Highlights from the 25th Annual Bank Capital Management Conference in London
Last week, I was invited to attend the 25th Annual Bank Capital Management in Banking Institutions conference in London and to lead the pre-conference workshop about “vulnerabilities revealed by the Archegos disaster”.
At the workshop, I could discuss with capital and risk specialists from international banks the reasons and lessons learned from this complex case. As highlighted by recent events in the UK gilts market and the energy sector, counterparty credit risk on derivatives remains a vulnerable area with lurking tail risks.
The finalization of the Basel III reform package (Basel IV) within the European Union by 2025 remains a key topic which was covered by various speakers from banks, consulting firms and the European Central Bank. The most pressing challenges are:
- Introduction of 72.5% Output floor on RWA (phase-in from 2025 to 2030) with the aim to reduce the variability of RWA. Banks which currently use internal models have to deploy additional resources for the calculation of RWA under the standardized approach. For most banks, it is yet discussed how output floors will affect deal pricing and performance measurement. Some speakers fear that the output floor will foster securitization transactions and/or shift loans into the shadow banking sector
- A quantitative impact study performed by the EBA shows that the minimum capital requirements for 99 EU banking groups could rise by 13.1%
- Non-Modellable Risk factors (NMRF) can trigger capital surcharges under FRTB rules if risk factors used in market risk models lack sufficient price observations
It was also interesting to hear how capital buffers were utilized during the Covid crisis. As opposed to the design of the framework, banks face in reality significant challenges (distribution restrictions, stigma, regulatory pressures) if they would operate below the Maximum Distributable Amount (MDA). A few speakers also stressed the problem that the mandatory stop of AT1 instrument payments below the MDA trigger creates a hurdle for utilizing capital buffers. In addition, it remains unclear over what period of time banks would need to rebuild capital buffers.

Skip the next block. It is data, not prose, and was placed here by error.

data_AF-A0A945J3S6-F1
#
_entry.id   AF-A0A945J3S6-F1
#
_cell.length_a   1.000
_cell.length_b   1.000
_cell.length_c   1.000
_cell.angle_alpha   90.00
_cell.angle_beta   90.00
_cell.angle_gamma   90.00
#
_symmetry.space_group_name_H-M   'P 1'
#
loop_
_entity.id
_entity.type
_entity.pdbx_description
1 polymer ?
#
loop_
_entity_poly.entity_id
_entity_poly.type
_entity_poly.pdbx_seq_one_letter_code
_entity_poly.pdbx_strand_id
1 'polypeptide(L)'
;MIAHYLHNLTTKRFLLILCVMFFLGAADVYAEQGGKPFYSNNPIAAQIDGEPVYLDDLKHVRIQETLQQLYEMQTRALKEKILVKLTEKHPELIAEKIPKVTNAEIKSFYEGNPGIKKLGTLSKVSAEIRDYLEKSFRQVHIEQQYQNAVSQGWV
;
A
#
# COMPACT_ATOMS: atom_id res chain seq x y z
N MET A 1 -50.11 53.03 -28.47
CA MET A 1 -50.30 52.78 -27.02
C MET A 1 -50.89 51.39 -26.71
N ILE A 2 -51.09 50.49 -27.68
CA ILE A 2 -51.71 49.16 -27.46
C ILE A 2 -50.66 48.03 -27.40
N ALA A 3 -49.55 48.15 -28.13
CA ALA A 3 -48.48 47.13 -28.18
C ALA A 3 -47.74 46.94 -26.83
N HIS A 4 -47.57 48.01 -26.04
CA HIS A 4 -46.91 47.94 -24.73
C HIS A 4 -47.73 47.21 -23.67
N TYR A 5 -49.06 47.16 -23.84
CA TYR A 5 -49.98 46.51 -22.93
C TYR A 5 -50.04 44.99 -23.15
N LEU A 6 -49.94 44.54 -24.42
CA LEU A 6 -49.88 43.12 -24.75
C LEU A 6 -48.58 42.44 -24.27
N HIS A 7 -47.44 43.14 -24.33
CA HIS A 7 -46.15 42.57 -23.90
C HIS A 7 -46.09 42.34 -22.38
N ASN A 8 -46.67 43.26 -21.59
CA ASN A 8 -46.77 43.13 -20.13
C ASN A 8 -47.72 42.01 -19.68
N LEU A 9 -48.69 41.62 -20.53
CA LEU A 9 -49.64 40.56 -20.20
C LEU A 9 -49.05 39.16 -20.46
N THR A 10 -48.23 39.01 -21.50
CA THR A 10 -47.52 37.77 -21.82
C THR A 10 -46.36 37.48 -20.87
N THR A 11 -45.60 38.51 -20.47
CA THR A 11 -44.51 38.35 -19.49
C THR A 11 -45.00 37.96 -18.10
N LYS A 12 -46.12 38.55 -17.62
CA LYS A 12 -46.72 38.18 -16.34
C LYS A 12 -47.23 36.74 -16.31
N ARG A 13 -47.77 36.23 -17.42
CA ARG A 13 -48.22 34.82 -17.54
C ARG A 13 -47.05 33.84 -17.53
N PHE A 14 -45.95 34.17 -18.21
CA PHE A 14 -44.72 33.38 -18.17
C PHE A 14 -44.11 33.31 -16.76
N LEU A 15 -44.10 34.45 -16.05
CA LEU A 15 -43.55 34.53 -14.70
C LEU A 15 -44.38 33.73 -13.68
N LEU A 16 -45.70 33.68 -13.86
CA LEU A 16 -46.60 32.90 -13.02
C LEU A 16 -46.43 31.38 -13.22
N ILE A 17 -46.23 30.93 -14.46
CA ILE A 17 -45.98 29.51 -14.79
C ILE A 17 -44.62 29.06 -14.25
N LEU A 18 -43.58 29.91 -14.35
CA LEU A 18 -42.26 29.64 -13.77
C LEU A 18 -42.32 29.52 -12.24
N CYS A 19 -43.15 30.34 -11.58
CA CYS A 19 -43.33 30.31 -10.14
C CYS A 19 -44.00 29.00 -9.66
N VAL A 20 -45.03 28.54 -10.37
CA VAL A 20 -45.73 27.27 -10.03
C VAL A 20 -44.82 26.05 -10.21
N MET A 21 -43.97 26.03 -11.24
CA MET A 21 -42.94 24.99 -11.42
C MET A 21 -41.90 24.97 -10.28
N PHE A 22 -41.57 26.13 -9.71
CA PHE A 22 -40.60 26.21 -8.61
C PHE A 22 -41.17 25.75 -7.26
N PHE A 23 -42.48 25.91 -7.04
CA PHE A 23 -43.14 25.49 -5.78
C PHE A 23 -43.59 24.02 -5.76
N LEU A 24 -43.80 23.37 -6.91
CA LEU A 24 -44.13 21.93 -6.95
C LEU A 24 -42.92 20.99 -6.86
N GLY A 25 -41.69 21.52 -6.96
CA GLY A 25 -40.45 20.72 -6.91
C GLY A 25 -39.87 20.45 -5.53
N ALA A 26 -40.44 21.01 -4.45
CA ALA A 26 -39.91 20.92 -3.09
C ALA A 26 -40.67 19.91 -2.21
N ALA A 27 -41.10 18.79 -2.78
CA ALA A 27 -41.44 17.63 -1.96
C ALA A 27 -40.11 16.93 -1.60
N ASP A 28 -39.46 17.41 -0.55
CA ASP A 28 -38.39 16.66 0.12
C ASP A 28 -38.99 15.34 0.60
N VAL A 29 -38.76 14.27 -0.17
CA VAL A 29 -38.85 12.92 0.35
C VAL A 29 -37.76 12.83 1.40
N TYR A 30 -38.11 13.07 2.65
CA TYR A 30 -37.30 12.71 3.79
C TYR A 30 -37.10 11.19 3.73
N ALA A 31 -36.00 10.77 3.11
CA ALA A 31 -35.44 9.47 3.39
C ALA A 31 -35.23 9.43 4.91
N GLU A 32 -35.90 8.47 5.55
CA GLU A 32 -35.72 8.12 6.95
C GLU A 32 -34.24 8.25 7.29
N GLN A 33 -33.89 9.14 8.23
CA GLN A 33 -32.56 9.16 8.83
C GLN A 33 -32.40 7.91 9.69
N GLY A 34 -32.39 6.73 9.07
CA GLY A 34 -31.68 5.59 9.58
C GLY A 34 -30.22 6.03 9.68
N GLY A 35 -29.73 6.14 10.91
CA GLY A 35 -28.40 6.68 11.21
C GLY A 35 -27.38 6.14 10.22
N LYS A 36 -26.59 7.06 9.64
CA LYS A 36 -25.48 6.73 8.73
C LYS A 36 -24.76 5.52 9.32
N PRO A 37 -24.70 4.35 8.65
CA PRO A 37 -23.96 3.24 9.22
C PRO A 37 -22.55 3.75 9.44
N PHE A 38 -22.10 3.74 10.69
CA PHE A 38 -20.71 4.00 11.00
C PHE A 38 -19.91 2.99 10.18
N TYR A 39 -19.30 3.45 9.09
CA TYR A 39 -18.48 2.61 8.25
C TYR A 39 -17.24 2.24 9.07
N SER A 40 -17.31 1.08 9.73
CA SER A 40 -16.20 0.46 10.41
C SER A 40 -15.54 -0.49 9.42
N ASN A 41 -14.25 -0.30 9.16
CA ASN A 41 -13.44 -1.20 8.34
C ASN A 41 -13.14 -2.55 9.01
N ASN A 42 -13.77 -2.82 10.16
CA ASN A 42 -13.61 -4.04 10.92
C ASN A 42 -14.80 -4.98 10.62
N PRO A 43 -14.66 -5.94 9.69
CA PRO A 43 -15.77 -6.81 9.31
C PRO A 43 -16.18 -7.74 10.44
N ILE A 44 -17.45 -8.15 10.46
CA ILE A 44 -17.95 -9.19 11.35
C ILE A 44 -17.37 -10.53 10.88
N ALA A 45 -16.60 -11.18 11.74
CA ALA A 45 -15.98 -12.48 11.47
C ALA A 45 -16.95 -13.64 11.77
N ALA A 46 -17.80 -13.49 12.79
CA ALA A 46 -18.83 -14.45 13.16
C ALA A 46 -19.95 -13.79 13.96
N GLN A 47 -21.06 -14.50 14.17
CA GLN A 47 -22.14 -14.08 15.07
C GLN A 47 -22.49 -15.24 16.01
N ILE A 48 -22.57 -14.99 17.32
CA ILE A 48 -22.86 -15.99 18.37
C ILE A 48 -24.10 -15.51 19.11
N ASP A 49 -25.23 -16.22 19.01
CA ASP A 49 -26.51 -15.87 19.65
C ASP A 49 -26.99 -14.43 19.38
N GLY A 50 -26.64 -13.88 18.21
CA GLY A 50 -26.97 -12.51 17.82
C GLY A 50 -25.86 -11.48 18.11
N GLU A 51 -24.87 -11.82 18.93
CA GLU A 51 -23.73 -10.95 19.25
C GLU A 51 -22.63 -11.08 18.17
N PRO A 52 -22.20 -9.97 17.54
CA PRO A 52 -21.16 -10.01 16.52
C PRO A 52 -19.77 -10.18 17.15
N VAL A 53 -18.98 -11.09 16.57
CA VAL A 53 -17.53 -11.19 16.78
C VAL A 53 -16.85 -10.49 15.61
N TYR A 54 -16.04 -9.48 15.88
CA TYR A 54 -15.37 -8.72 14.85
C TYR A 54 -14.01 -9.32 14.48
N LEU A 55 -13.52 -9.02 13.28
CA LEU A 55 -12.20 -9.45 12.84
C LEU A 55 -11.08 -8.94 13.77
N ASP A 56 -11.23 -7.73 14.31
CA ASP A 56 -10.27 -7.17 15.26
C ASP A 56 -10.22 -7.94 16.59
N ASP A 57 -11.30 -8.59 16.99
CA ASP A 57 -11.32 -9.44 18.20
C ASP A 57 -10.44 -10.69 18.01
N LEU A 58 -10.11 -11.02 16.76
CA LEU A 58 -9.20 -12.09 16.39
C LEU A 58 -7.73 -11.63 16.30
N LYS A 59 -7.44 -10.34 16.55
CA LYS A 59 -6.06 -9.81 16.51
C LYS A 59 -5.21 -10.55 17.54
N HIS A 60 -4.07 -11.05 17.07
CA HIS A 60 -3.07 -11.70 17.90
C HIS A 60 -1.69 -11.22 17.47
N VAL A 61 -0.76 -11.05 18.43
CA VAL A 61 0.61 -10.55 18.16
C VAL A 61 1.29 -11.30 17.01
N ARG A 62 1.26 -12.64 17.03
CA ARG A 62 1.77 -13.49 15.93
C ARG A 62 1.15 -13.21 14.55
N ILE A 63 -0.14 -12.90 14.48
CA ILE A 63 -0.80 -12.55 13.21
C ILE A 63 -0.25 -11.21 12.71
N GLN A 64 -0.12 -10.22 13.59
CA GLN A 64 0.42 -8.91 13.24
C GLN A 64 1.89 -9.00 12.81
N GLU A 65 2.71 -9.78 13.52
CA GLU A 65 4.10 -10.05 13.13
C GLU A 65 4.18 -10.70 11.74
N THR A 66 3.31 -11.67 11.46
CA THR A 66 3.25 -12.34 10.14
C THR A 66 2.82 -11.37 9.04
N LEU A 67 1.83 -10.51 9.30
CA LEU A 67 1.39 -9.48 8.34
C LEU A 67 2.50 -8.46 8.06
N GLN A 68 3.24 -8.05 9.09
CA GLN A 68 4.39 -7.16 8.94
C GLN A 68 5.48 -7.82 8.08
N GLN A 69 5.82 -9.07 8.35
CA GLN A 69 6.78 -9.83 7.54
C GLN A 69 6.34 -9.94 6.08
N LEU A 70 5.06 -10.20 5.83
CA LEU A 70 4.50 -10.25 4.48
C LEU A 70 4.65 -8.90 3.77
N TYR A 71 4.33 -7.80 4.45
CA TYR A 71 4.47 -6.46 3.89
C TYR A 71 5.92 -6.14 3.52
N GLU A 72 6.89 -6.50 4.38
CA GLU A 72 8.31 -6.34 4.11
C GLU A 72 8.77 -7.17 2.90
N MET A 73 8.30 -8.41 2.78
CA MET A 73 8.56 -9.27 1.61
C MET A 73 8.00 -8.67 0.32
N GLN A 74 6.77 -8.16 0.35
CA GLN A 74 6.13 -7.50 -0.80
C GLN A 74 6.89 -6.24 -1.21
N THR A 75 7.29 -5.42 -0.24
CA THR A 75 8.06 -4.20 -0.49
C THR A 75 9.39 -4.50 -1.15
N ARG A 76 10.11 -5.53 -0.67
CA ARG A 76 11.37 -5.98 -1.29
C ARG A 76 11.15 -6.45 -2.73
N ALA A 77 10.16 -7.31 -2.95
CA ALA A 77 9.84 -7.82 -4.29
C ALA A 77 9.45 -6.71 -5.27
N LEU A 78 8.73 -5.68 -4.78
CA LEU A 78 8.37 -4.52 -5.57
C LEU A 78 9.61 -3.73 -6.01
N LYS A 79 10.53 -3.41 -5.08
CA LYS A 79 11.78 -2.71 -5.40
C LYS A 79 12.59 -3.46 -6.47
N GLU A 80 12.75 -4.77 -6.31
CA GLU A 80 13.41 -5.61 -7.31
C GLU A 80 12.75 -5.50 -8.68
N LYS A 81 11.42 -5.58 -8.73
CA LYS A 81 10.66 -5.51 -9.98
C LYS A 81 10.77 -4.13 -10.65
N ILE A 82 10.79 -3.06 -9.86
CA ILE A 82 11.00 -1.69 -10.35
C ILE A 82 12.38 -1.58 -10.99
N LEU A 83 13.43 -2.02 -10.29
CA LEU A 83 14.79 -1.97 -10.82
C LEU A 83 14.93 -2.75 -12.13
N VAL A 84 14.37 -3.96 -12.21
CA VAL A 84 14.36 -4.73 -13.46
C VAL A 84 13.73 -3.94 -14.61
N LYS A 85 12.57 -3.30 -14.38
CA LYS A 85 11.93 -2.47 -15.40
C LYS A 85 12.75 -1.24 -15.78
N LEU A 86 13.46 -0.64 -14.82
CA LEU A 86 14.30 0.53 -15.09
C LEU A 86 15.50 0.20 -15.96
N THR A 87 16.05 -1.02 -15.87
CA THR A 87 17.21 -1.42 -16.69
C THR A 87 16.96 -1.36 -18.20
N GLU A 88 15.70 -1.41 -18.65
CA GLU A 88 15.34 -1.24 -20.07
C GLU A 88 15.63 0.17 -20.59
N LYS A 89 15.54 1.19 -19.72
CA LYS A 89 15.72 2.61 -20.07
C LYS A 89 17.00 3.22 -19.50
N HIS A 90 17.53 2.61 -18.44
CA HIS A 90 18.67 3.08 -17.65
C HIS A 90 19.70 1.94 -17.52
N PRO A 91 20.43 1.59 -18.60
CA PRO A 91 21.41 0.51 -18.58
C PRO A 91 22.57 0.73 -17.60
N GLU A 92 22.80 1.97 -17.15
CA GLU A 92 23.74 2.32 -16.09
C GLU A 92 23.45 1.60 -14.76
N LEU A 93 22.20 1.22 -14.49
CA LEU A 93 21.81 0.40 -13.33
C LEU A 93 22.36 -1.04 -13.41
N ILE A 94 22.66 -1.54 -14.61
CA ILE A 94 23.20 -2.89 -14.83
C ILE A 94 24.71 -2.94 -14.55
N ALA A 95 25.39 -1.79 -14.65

Stress testing continues to be seen as an important tool in risk management, as it provides management a good picture of what potentially could happen in a crisis situation. It can though not replace good decision making and the application of judgment in a real crisis. In market risk, some banks start to consider the liquidation horizon of trading portfolios at desk level to ensure that derivatives and hedging instruments are treated equally, which is currently often neglected.
Speakers and participants agreed that it is difficult and perhaps premature to include climate risk scenarios into capital stress tests. A main challenge is that climate changes occur slowly and over a time horizon that is much longer that the time horizon over which meaningful financial and capital forecasts can be made.
It was great that this industry-leading conference could again take place physically. Especially in challenging times, networking and exchange of ideas is more important than ever. Many thanks to Marcus Evans for inviting Orbit36 also this year.